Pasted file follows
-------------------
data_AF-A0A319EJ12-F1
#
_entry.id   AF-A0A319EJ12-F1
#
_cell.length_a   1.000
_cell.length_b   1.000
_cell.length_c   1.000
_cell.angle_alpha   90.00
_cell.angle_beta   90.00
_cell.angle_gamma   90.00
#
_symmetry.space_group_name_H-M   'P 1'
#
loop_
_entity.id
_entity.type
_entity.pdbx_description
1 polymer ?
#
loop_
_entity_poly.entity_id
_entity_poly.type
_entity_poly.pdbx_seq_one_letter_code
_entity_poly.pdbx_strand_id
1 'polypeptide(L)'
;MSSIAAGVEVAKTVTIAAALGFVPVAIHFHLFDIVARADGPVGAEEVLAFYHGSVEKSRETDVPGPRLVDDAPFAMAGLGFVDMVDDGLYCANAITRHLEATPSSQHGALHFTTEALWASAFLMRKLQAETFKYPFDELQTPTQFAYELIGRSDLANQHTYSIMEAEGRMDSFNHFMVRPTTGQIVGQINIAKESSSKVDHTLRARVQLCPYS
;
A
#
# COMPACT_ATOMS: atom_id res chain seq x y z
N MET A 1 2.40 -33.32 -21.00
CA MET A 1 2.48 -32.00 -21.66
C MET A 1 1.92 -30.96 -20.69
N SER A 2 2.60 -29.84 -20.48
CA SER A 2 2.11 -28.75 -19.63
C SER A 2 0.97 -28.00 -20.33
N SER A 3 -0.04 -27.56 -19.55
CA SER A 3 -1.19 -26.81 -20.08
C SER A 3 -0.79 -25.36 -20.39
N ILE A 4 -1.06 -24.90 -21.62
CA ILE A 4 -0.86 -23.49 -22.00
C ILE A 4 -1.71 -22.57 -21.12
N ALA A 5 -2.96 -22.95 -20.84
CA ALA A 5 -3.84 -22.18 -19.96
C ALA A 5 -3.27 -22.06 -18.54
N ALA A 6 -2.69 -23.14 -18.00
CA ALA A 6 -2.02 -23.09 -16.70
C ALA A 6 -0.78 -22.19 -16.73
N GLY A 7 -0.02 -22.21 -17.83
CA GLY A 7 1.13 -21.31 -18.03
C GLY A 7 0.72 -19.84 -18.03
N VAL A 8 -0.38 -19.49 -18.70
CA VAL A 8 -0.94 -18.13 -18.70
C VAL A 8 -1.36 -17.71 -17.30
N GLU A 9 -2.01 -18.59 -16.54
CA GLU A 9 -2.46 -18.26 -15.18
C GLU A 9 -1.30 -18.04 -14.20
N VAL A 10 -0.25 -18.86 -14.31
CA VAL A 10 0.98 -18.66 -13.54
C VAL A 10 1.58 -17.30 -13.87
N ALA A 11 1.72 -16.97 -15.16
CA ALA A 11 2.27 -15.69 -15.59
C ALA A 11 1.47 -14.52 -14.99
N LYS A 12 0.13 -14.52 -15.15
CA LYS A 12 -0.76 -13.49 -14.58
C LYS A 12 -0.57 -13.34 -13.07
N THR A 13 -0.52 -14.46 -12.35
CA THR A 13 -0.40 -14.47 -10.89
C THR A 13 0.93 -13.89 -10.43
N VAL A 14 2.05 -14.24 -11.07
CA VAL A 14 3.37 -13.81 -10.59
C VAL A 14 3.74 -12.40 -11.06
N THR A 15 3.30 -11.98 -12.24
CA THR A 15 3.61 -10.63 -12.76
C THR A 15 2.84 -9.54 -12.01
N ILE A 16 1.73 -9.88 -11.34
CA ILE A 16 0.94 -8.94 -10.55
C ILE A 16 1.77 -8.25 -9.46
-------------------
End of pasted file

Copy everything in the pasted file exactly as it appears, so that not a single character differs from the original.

data_AF-A0A319EJ12-F1
#
_entry.id   AF-A0A319EJ12-F1
#
_cell.length_a   1.000
_cell.length_b   1.000
_cell.length_c   1.000
_cell.angle_alpha   90.00
_cell.angle_beta   90.00
_cell.angle_gamma   90.00
#
_symmetry.space_group_name_H-M   'P 1'
#
loop_
_entity.id
_entity.type
_entity.pdbx_description
1 polymer ?
#
loop_
_entity_poly.entity_id
_entity_poly.type
_entity_poly.pdbx_seq_one_letter_code
_entity_poly.pdbx_strand_id
1 'polypeptide(L)'
;MSSIAAGVEVAKTVTIAAALGFVPVAIHFHLFDIVARADGPVGAEEVLAFYHGSVEKSRETDVPGPRLVDDAPFAMAGLGFVDMVDDGLYCANAITRHLEATPSSQHGALHFTTEALWASAFLMRKLQAETFKYPFDELQTPTQFAYELIGRSDLANQHTYSIMEAEGRMDSFNHFMVRPTTGQIVGQINIAKESSSKVDHTLRARVQLCPYS
;
A
#
# COMPACT_ATOMS: atom_id res chain seq x y z
N MET A 1 2.40 -33.32 -21.00
CA MET A 1 2.48 -32.00 -21.66
C MET A 1 1.92 -30.96 -20.69
N SER A 2 2.60 -29.84 -20.48
CA SER A 2 2.11 -28.75 -19.63
C SER A 2 0.97 -28.00 -20.33
N SER A 3 -0.04 -27.56 -19.55
CA SER A 3 -1.19 -26.81 -20.08
C SER A 3 -0.79 -25.36 -20.39
N ILE A 4 -1.06 -24.90 -21.62
CA ILE A 4 -0.86 -23.49 -22.00
C ILE A 4 -1.71 -22.57 -21.12
N ALA A 5 -2.96 -22.95 -20.84
CA ALA A 5 -3.84 -22.18 -19.96
C ALA A 5 -3.27 -22.06 -18.54
N ALA A 6 -2.69 -23.14 -18.00
CA ALA A 6 -2.02 -23.09 -16.70
C ALA A 6 -0.78 -22.19 -16.73
N GLY A 7 -0.02 -22.21 -17.83
CA GLY A 7 1.13 -21.31 -18.03
C GLY A 7 0.72 -19.84 -18.03
N VAL A 8 -0.38 -19.49 -18.70
CA VAL A 8 -0.94 -18.13 -18.70
C VAL A 8 -1.36 -17.71 -17.30
N GLU A 9 -2.01 -18.59 -16.54
CA GLU A 9 -2.46 -18.26 -15.18
C GLU A 9 -1.30 -18.04 -14.20
N VAL A 10 -0.25 -18.86 -14.31
CA VAL A 10 0.98 -18.66 -13.54
C VAL A 10 1.58 -17.30 -13.87
N ALA A 11 1.72 -16.97 -15.16
CA ALA A 11 2.27 -15.69 -15.59
C ALA A 11 1.47 -14.52 -14.99
N LYS A 12 0.13 -14.52 -15.15
CA LYS A 12 -0.76 -13.49 -14.58
C LYS A 12 -0.57 -13.34 -13.07
N THR A 13 -0.52 -14.46 -12.35
CA THR A 13 -0.40 -14.47 -10.89
C THR A 13 0.93 -13.89 -10.43
N VAL A 14 2.05 -14.24 -11.07
CA VAL A 14 3.37 -13.81 -10.59
C VAL A 14 3.74 -12.40 -11.06
N THR A 15 3.30 -11.98 -12.24
CA THR A 15 3.61 -10.63 -12.76
C THR A 15 2.84 -9.54 -12.01
N ILE A 16 1.73 -9.88 -11.34
CA ILE A 16 0.94 -8.94 -10.55
C ILE A 16 1.77 -8.25 -9.46